A model for the dynamics of transmission and progression of Trachoma in hyperendemic areas

B. Munoz, J. Aron, S. West

Research output: Contribution to journalArticlepeer-review


Purpose. To develop a mathematical model that describes the dynamics of transmission and progression of trachoma in hyperendemic areas. Methods. Trachoma, caused by repeated eye infections with Chlamydia, is the leading infectious cause of blindness worldwide, with an estimated 500 million affected and 7-9 million blind. The disease encompassses a broad range of symptoms from inflammation associated with infection (Active Trachoma), to later stages involving scarring of the eye lid, trichiasis and corneal opacities (Progression). Different trachoma control strategies have been indentified, including a health education approach to decrease transmission, mass or selective treatment with antibiotics, and surgical intervention for trichiasis, a potentially blinding sequela of the disease. An epidemiological model for the transmission and progression of trachoma has been developed. For the transmission component, the basic structure is SIS (susceptible-infective-susceptible) in which people repeatedly acquire and clear infection with a time scale of weeks; in addition, the basis structure distinguishes between presence of clinically active disease and presence of infection. The progression component characterizes the incidence of later stages of the disease with a time scale of years. Results. Comparisons between the predictions from the model and the observed effects of interventions in several hyperendemic communities in Tanzania are used to validate this approach. Conclusions. This modeling approach provides valuable information for the planning of optimal strategies for trachoma control in hyperendemic areas.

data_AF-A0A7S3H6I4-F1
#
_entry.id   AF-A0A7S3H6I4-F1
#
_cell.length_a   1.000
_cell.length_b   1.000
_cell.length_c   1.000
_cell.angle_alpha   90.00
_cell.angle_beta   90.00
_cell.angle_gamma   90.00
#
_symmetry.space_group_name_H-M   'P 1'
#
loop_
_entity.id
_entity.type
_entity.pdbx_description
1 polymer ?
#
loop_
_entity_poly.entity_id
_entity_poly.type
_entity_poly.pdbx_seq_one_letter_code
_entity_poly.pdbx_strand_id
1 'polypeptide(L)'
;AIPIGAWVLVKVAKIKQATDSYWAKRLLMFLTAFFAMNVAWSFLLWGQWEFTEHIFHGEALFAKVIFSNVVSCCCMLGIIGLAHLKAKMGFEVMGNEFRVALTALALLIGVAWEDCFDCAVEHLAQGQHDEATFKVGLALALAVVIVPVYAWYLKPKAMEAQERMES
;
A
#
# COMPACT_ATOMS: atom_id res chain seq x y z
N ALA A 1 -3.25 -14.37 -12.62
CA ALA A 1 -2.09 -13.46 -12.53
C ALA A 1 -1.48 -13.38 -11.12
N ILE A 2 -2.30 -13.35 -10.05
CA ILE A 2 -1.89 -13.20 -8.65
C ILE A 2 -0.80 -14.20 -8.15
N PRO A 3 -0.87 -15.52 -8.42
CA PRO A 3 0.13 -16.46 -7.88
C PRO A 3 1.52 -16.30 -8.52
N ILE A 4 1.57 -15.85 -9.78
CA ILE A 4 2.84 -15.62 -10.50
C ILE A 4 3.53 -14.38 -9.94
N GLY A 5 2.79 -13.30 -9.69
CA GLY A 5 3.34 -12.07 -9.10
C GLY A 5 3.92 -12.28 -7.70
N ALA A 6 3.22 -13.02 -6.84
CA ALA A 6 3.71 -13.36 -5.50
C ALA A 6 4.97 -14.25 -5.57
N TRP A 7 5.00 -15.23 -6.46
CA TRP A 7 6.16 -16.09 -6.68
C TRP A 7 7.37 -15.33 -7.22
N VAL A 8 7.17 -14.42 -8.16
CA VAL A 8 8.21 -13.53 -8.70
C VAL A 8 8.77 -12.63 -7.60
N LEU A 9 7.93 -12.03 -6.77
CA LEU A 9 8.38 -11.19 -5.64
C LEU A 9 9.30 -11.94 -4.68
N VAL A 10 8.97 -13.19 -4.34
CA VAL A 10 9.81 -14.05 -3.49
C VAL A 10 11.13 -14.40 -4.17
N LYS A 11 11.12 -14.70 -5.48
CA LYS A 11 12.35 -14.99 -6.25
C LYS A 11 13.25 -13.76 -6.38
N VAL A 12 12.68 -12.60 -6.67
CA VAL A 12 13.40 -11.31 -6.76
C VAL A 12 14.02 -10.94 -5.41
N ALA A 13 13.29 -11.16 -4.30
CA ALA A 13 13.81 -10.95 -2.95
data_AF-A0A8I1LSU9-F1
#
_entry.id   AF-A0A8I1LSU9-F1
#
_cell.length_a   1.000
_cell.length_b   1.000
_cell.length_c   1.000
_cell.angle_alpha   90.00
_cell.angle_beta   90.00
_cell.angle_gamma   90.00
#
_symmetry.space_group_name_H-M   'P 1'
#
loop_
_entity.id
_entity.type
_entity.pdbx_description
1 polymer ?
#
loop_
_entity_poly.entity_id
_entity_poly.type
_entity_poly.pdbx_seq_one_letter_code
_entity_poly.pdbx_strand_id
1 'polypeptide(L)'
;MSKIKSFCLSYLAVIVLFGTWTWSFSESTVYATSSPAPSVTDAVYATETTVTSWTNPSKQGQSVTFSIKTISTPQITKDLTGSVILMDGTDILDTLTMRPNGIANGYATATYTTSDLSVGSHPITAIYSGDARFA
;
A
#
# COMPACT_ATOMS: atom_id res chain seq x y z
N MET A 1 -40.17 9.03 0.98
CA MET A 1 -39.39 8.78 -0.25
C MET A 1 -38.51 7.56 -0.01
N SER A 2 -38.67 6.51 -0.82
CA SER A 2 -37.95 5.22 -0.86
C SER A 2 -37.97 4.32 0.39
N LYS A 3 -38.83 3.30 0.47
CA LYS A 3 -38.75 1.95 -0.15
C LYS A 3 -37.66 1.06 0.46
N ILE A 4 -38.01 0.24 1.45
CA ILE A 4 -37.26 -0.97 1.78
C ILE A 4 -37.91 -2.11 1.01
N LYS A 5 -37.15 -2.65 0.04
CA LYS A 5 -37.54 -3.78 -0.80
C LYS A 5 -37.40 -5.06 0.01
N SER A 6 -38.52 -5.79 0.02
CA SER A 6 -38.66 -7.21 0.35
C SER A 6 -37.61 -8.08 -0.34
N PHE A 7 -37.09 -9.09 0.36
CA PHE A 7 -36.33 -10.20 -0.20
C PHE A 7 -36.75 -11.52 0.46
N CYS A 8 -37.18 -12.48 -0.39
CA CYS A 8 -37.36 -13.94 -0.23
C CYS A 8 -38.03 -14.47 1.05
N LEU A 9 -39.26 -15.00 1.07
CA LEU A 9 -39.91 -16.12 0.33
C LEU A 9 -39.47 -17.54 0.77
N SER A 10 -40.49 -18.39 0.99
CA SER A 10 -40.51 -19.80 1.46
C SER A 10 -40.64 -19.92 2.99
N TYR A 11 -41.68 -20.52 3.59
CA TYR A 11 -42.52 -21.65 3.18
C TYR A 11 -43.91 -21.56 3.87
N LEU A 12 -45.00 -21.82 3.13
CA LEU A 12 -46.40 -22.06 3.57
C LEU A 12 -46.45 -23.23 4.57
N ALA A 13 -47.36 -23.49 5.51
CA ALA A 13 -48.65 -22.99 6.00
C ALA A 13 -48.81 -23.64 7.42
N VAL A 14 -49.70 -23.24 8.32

Original languageEnglish (US)
Pages (from-to)S308
JournalInvestigative Ophthalmology and Visual Science
Issue number3
StatePublished - Feb 15 1996

ASJC Scopus subject areas

  • Ophthalmology
  • Sensory Systems
  • Cellular and Molecular Neuroscience

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